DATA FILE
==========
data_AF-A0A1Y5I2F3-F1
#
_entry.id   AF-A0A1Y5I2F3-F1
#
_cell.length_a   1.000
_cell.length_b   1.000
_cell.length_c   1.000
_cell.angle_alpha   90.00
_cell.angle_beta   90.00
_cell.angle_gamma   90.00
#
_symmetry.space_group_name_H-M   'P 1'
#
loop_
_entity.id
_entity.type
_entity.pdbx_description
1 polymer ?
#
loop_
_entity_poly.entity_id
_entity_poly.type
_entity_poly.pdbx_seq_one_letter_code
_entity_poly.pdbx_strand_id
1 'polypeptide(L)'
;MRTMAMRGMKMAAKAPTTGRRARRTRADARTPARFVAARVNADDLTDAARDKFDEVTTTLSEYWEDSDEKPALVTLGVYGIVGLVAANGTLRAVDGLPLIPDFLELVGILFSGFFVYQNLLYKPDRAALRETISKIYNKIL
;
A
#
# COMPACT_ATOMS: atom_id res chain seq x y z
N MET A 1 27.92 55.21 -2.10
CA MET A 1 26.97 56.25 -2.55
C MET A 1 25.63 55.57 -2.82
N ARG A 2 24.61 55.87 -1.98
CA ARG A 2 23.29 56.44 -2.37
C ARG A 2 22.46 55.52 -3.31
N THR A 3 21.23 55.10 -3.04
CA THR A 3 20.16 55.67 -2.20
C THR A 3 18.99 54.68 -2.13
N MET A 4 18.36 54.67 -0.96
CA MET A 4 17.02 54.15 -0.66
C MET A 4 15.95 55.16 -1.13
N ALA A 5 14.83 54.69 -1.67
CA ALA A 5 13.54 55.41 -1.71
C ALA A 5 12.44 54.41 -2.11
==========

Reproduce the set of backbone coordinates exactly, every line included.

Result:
data_AF-A0A1Y5I2F3-F1
#
_entry.id   AF-A0A1Y5I2F3-F1
#
_cell.length_a   1.000
_cell.length_b   1.000
_cell.length_c   1.000
_cell.angle_alpha   90.00
_cell.angle_beta   90.00
_cell.angle_gamma   90.00
#
_symmetry.space_group_name_H-M   'P 1'
#
loop_
_entity.id
_entity.type
_entity.pdbx_description
1 polymer ?
#
loop_
_entity_poly.entity_id
_entity_poly.type
_entity_poly.pdbx_seq_one_letter_code
_entity_poly.pdbx_strand_id
1 'polypeptide(L)'
;MRTMAMRGMKMAAKAPTTGRRARRTRADARTPARFVAARVNADDLTDAARDKFDEVTTTLSEYWEDSDEKPALVTLGVYGIVGLVAANGTLRAVDGLPLIPDFLELVGILFSGFFVYQNLLYKPDRAALRETISKIYNKIL
;
A
#
# COMPACT_ATOMS: atom_id res chain seq x y z
N MET A 1 27.92 55.21 -2.10
CA MET A 1 26.97 56.25 -2.55
C MET A 1 25.63 55.57 -2.82
N ARG A 2 24.61 55.87 -1.98
CA ARG A 2 23.29 56.44 -2.37
C ARG A 2 22.46 55.52 -3.31
N THR A 3 21.23 55.10 -3.04
CA THR A 3 20.16 55.67 -2.20
C THR A 3 18.99 54.68 -2.13
N MET A 4 18.36 54.67 -0.96
CA MET A 4 17.02 54.15 -0.66
C MET A 4 15.95 55.16 -1.13
N ALA A 5 14.83 54.69 -1.67
CA ALA A 5 13.54 55.41 -1.71
C ALA A 5 12.44 54.41 -2.11